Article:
Today, 1 June 2018, marks a special day in Australian football history as 30 years ago to this date Australia's women's football team played their first FIFA tournament.
It was the 1988 FIFA Women's Invitation Tournament held in China where Australia beat Brazil 1-0 with an extraordinary team effort.
The team would go on to win 3-0 against Thailand before a 3-0 loss to Norway and make it to the quarterfinals.
"We are incredibly proud to have been part of the Matildas’ journey in FIFA," Moya Dodd said on Facebook.
"We are also very proud of the pioneers who played before us so that we could take the field for our country in that first-ever tournament," she added.
In celebration of today, they have been sharing their stories on social media through #MatildasFIFA30.
Carol Vinson (cap 55) was my roomie in 1988. Played a brilliant game in her debut for our 1-0 win over Brazil ❤️⚽️. Does the 30 yr rule on disclosure of confidential info apply to #football? Yikes!! 🤣 #MatildasFIFA30 pic.twitter.com/eegdg9l70g— moya dodd (@moyadodd) June 1, 2018
#MatildasFIFA30 On this day 30 years ago in China, the Aussie women’s national team (Matildas) took on Brazil and beat them 1-0. The intense rivalry continues it seems with the current @TheMatildas victorious against Brazil recently on home soil. #neversaydie pic.twitter.com/PAozVaUYnO— julie dolan (@dolanj4) June 1, 2018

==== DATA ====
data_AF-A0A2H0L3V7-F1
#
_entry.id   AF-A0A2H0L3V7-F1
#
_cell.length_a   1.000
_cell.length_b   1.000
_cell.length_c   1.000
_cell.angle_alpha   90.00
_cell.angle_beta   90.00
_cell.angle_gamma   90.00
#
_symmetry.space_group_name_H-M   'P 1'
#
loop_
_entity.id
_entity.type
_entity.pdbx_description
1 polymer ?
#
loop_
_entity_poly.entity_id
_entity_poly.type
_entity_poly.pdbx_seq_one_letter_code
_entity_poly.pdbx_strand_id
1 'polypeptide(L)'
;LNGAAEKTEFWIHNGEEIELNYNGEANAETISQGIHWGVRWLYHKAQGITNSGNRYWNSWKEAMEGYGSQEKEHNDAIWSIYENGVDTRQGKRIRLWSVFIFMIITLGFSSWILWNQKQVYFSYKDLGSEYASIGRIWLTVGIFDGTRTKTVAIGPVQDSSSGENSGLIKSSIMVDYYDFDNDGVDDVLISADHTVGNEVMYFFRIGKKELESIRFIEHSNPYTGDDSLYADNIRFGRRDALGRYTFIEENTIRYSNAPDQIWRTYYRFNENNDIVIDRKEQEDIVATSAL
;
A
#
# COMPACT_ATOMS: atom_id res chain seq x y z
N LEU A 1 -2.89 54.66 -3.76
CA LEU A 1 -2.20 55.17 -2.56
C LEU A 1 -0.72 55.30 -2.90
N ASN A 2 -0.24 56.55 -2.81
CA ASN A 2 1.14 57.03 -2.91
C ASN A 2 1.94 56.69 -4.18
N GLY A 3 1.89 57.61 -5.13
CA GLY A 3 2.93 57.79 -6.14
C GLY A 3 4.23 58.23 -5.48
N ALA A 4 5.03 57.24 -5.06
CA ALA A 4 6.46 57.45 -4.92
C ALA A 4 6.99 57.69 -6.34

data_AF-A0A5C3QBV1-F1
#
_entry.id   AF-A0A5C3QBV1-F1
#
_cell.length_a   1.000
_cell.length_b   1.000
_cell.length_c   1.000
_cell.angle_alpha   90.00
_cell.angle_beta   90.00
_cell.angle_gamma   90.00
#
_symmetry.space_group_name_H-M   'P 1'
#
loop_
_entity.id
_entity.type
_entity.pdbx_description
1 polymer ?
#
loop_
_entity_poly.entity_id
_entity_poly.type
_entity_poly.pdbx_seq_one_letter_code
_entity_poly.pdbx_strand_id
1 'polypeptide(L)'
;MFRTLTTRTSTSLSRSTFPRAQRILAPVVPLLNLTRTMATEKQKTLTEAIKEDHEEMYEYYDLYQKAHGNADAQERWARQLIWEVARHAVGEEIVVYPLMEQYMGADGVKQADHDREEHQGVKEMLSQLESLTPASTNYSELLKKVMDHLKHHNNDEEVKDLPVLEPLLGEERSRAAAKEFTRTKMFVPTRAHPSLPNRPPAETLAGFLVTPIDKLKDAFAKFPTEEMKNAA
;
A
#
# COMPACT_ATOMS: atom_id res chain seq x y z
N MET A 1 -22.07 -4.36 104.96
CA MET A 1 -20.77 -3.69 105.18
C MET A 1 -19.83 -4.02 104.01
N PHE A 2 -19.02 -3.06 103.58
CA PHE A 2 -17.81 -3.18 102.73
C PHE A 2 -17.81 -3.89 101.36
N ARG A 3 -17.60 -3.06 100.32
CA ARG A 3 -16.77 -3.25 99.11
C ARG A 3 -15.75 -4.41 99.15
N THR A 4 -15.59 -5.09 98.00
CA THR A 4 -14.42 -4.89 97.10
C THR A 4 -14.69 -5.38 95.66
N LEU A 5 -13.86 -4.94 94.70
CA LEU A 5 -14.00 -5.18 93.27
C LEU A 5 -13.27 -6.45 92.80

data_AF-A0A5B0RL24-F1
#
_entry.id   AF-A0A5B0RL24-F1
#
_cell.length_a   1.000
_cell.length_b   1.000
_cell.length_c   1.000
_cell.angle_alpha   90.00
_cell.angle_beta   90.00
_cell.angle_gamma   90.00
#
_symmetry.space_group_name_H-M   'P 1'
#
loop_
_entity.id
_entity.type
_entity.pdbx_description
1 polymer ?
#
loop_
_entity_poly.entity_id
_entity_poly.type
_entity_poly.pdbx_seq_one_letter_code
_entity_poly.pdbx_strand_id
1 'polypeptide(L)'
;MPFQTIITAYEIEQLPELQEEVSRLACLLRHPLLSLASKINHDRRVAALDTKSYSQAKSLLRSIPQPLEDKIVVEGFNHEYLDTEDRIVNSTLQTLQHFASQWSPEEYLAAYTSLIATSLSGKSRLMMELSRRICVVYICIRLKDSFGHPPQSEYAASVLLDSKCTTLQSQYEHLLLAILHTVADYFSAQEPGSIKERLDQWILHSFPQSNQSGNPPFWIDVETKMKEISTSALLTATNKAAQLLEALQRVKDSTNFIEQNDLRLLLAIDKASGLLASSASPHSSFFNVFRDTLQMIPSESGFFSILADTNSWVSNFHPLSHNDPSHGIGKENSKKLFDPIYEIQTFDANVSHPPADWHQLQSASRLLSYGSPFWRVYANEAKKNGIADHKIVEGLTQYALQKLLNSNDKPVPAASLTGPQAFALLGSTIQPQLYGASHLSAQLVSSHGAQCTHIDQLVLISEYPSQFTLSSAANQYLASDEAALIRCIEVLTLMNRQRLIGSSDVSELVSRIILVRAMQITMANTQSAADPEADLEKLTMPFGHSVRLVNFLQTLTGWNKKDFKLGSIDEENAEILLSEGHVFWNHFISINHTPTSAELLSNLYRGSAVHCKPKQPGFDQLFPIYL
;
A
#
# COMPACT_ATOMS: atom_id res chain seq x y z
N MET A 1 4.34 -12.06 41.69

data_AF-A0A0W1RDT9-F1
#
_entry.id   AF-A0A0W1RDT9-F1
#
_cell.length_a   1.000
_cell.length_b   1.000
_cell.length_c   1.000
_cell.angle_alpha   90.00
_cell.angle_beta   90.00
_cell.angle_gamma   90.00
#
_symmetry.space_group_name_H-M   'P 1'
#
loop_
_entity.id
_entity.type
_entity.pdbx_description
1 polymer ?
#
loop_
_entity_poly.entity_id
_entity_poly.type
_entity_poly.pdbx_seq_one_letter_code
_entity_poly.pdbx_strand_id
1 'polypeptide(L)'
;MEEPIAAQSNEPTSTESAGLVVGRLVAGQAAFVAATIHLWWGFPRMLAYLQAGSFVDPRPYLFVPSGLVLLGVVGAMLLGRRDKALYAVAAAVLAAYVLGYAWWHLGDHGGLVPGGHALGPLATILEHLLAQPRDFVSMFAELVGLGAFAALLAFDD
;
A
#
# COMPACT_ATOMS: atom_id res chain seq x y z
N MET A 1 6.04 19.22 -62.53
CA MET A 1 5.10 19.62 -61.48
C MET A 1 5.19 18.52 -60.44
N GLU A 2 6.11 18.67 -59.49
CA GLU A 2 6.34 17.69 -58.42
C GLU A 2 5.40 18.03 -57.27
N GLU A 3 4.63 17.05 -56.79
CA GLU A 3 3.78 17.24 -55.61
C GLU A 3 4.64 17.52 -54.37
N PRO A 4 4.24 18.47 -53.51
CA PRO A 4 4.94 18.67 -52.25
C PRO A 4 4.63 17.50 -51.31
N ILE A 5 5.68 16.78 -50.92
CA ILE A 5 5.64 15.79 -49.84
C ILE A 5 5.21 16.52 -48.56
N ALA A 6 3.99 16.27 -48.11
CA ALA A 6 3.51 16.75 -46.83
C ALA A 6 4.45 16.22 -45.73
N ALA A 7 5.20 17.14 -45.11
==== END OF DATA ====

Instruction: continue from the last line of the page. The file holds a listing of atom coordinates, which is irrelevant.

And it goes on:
30 years ago today, debut for the Matilda’s v Brazil in the first FIFA sanctioned tournament for Women’s Football , beat Brazil 1-0 to send shockwaves through South America— Deborah Nichols (@BoroDeborah) June 1, 2018
Great experience wonderful country and people, the police escort was literally for 2 hours #MatildasFIFA30 pic.twitter.com/rDyKaBmn8M
Players invested their energy and money to raise standards in the name of building the game.
Paying every time they played from buying boots and strapping tape to helping run clubs and while the growth women's football has come in great strides but there is still much to do.
"We continue to be disappointed by the limited roles that women have in leadership and decision-making in football – and especially in women’s football – despite the emphasis on women in FIFA’s statutes and strategies," Dodd wrote.